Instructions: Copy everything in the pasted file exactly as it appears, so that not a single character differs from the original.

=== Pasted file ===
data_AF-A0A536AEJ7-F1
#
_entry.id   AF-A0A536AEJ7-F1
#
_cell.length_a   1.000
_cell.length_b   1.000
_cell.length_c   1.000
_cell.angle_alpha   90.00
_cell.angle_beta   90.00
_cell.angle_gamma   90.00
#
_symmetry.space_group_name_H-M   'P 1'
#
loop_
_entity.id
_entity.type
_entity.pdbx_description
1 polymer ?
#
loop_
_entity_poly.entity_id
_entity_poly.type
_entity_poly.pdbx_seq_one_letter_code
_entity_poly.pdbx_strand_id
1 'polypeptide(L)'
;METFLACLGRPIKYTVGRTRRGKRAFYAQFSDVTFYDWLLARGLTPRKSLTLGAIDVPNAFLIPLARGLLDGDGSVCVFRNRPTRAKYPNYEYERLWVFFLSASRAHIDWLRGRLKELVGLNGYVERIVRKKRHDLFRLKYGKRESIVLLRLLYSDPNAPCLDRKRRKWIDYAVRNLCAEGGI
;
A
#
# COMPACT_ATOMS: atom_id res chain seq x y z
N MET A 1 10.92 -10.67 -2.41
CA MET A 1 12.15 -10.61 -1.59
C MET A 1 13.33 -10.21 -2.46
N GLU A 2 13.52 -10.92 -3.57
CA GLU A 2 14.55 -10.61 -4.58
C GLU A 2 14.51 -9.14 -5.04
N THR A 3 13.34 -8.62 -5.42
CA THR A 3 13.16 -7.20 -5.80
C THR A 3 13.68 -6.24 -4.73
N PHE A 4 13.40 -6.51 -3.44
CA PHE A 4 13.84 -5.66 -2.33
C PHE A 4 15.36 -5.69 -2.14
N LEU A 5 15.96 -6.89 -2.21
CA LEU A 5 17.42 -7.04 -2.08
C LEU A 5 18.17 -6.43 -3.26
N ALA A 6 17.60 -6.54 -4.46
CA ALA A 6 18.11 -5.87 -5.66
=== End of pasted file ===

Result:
data_AF-A0A536AEJ7-F1
#
_entry.id   AF-A0A536AEJ7-F1
#
_cell.length_a   1.000
_cell.length_b   1.000
_cell.length_c   1.000
_cell.angle_alpha   90.00
_cell.angle_beta   90.00
_cell.angle_gamma   90.00
#
_symmetry.space_group_name_H-M   'P 1'
#
loop_
_entity.id
_entity.type
_entity.pdbx_description
1 polymer ?
#
loop_
_entity_poly.entity_id
_entity_poly.type
_entity_poly.pdbx_seq_one_letter_code
_entity_poly.pdbx_strand_id
1 'polypeptide(L)'
;METFLACLGRPIKYTVGRTRRGKRAFYAQFSDVTFYDWLLARGLTPRKSLTLGAIDVPNAFLIPLARGLLDGDGSVCVFRNRPTRAKYPNYEYERLWVFFLSASRAHIDWLRGRLKELVGLNGYVERIVRKKRHDLFRLKYGKRESIVLLRLLYSDPNAPCLDRKRRKWIDYAVRNLCAEGGI
;
A
#
# COMPACT_ATOMS: atom_id res chain seq x y z
N MET A 1 10.92 -10.67 -2.41
CA MET A 1 12.15 -10.61 -1.59
C MET A 1 13.33 -10.21 -2.46
N GLU A 2 13.52 -10.92 -3.57
CA GLU A 2 14.55 -10.61 -4.58
C GLU A 2 14.51 -9.14 -5.04
N THR A 3 13.34 -8.62 -5.42
CA THR A 3 13.16 -7.20 -5.80
C THR A 3 13.68 -6.24 -4.73
N PHE A 4 13.40 -6.51 -3.44
CA PHE A 4 13.84 -5.66 -2.33
C PHE A 4 15.36 -5.69 -2.14
N LEU A 5 15.96 -6.89 -2.21
CA LEU A 5 17.42 -7.04 -2.08
C LEU A 5 18.17 -6.43 -3.26
N ALA A 6 17.60 -6.54 -4.46
CA ALA A 6 18.11 -5.87 -5.66